Monument to Women Memorial Garden

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Joyful Moment by Dennis Smith

The Monument to Women Memorial Garden is a two-acre garden with twelve statues depicting traditional women’s roles. It is located behind the Nauvoo Visitors’ Center in Nauvoo, Illinois, and owned by The Church of Jesus Christ of Latter-day Saints.

Belle Spafford, who was concluding her service as Relief Society general president, told Church president Spencer W. Kimball that the “Relief Society monument placed in Nauvoo on July 26, 1933, ‘adjacent to the foundations stones of the Joseph Smith store in Nauvoo’ had ‘deteriorated to the point that it needed to be replaced’ and was ‘not a credit to Relief Society, to the Church, to the Nauvoo Restoration efforts, or to the great worldwide woman’s movement.’ Spafford hoped that her successor would replace the old monument with a larger monument erected ‘in honor of the organization of the Society . . . on land as nearly adjacent to the Nauvoo Temple Square as possible.’”[1]

In 1974, President Kimball asked newly called Relief Society general president Barbara B. Smith if she were interested in undertaking a project to promote such a monument. She was.

During the 1970s, women’s role in society was being questioned and scrutinized.

Never before or since the decade of the 1970s has so much been said or written about women’s role and place in American society. Traditionalists trumpeted woman’s role as unchanging: like her mother, grandmother, and female ancestors for millennia, the ideal woman was a mother, nurturing the rising generation in the home. Feminists labeled the traditional role as stereotypical, confining, and demeaning. Feminists demanded professional opportunities for women and put forward the Equal Rights Amendment, which stated “equality of rights under the law shall not be denied or abridged by the United States or by any State on account of sex,” as a solution to problems that had vexed women for centuries in the nation. Within The Church of Jesus Christ of Latter-day Saints, strident voices were heard on both sides of the ERA even after Church leaders had labeled the proposed amendment as a danger to the time-honored moral values that safeguarded womanhood and the sanctity of the family.[2]

The Monument to Women was envisioned to be a tribute to women at a time when the Church felt it urgent to define the roles of women to the world. Thirteen statues were to be placed in a garden setting illustrating the various stewardships and responsibilities of women. Florence Hansen sculpted two of the pieces, and Dennis Smith designed the project and sculpted the other eleven pieces. Smith spoke of a “garden setting with brick walks and flowing circles” that unfolded “the story of woman’s journey toward perfection” and portrayed the “ever-widening circles of her service and influence.” With the statues were scriptural verses engraved on plaques.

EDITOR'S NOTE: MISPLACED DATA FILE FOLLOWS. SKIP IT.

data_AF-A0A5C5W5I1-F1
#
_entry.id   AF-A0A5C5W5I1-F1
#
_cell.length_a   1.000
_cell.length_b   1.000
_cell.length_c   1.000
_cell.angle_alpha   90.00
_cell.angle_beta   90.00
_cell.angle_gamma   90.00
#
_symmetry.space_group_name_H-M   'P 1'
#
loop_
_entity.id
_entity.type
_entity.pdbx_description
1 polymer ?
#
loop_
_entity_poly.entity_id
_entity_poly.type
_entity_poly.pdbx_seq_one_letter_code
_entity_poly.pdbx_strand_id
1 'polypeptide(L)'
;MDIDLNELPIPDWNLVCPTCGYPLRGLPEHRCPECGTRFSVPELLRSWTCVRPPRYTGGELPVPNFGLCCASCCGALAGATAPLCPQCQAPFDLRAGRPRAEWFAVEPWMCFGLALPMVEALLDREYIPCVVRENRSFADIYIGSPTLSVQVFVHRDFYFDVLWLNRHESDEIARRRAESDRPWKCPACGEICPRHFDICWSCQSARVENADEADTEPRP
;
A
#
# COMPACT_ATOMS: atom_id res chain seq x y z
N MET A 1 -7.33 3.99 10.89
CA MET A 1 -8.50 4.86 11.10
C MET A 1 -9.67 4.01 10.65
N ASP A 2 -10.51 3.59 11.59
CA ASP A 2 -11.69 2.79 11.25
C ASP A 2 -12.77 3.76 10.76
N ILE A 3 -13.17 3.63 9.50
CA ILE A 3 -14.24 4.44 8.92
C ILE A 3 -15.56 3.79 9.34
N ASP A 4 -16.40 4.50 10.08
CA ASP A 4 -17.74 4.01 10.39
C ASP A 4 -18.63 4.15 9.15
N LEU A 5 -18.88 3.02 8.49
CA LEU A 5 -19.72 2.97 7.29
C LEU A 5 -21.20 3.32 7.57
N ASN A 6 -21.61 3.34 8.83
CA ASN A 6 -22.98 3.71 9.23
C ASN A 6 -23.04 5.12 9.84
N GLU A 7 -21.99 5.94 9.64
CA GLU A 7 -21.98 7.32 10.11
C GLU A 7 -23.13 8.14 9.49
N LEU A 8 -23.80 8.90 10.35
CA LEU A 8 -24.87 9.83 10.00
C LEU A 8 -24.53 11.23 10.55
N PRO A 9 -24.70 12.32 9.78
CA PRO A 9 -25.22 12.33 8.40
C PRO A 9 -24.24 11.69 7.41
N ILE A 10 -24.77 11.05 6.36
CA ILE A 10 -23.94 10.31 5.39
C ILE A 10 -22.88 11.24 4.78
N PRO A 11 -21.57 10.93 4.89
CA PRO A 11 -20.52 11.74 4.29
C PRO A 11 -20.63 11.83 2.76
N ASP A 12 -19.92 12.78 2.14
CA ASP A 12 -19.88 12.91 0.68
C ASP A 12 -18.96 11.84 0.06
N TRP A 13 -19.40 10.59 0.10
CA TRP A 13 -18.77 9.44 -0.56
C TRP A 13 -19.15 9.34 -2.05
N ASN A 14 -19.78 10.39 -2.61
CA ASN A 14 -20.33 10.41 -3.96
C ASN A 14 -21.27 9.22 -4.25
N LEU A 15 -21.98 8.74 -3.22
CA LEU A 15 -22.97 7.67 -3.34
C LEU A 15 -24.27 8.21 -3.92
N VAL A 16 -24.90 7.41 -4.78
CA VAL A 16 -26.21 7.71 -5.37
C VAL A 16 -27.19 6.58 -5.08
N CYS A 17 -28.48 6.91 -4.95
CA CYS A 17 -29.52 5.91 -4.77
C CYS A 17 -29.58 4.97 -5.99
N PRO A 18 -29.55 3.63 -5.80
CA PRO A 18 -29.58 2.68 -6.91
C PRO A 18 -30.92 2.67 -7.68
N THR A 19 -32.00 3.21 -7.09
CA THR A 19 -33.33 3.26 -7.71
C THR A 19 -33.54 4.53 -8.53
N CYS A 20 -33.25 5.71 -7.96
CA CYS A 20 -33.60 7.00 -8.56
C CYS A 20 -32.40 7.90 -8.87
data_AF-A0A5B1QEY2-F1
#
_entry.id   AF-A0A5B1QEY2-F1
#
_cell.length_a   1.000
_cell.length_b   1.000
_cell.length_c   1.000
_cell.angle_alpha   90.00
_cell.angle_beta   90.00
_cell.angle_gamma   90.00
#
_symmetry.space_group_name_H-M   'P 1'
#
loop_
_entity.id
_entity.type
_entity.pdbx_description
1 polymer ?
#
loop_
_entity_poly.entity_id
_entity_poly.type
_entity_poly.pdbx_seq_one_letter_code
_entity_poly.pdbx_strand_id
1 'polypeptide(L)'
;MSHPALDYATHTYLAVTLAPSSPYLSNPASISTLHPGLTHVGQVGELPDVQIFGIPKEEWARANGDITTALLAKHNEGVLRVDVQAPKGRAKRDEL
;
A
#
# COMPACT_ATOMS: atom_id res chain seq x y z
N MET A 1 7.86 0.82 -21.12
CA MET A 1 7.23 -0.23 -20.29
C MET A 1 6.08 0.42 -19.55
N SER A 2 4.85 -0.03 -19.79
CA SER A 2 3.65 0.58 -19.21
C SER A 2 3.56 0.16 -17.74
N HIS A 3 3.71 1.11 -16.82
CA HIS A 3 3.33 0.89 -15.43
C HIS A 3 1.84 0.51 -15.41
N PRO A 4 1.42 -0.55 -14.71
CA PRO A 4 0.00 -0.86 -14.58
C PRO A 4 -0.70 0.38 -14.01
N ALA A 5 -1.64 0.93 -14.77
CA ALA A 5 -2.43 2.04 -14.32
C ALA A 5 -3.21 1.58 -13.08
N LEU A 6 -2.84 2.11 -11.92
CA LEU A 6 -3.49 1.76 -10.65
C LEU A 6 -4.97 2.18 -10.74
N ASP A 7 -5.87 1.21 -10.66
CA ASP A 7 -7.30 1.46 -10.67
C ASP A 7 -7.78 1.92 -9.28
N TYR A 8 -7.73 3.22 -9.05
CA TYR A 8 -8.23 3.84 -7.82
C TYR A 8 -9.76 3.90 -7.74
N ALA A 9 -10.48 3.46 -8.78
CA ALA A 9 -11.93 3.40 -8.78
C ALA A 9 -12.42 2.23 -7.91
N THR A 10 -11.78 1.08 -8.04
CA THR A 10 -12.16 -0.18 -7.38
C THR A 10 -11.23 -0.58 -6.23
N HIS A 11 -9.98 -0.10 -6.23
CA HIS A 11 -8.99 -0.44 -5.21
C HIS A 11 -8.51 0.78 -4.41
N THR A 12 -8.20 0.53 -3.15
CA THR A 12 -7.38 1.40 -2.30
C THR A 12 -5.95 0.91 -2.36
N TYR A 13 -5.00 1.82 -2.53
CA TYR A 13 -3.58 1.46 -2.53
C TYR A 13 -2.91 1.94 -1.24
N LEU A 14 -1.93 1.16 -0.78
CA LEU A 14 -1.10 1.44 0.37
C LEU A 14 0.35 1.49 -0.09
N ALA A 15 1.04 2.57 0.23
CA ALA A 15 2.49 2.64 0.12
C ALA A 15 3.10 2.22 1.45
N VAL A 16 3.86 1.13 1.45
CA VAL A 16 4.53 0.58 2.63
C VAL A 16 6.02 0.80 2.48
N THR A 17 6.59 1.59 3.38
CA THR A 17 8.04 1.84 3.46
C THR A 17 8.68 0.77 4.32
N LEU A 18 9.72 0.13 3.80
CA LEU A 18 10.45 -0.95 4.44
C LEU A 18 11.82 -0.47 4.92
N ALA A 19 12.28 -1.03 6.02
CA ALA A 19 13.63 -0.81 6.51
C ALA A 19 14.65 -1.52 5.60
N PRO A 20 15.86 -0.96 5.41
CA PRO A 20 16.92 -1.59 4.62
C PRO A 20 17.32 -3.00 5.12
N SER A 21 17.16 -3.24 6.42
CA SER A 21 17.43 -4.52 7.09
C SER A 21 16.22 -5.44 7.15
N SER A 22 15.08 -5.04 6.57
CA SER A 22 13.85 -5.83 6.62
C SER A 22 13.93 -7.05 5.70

The garden was paid for through donations from predominantly women throughout the United States, Latin America, and the Far East.

In a statement prepared for the press, the Relief Society general presidency said, “The deeply significant figures are not only a pleasure to the eye, they are an enduring statement about women, a vision of the divine potential of the daughters of God, which we want to share with the world.”[3]

The Monument to Women Memorial Garden was dedicated by President Spencer W. Kimball in three dedicatory services held on June 28–30, 1978.

The Equal Rights Amendment debate continued for four months following the dedication of the garden. The First Presidency sent a letter in October 1978, addressed to “General Authorities, Regional Representatives, Stake Presidents, Mission Presidents, Bishops, and Branch Presidents in the United States,” stating:

With the nation facing the prospect of continuing debate on the proposed Equal Rights Amendment, we take this opportunity again to bring to your attention our position on this important question. . . . While the enactment or rejection of the Equal Rights Amendment must be accomplished by recognized political processes, we are convinced that because of its predictable results the matter is basically a moral rather than a political issue; and because of our serious concern over these moral implications, we have spoken against ratification, and without equivocation do so again. . . . Because of our serious concern, we urge our people to join actively with other citizens who share our concerns and who are engaged in working to reject this measure on the basis of its threat to the moral climate of the future.[4]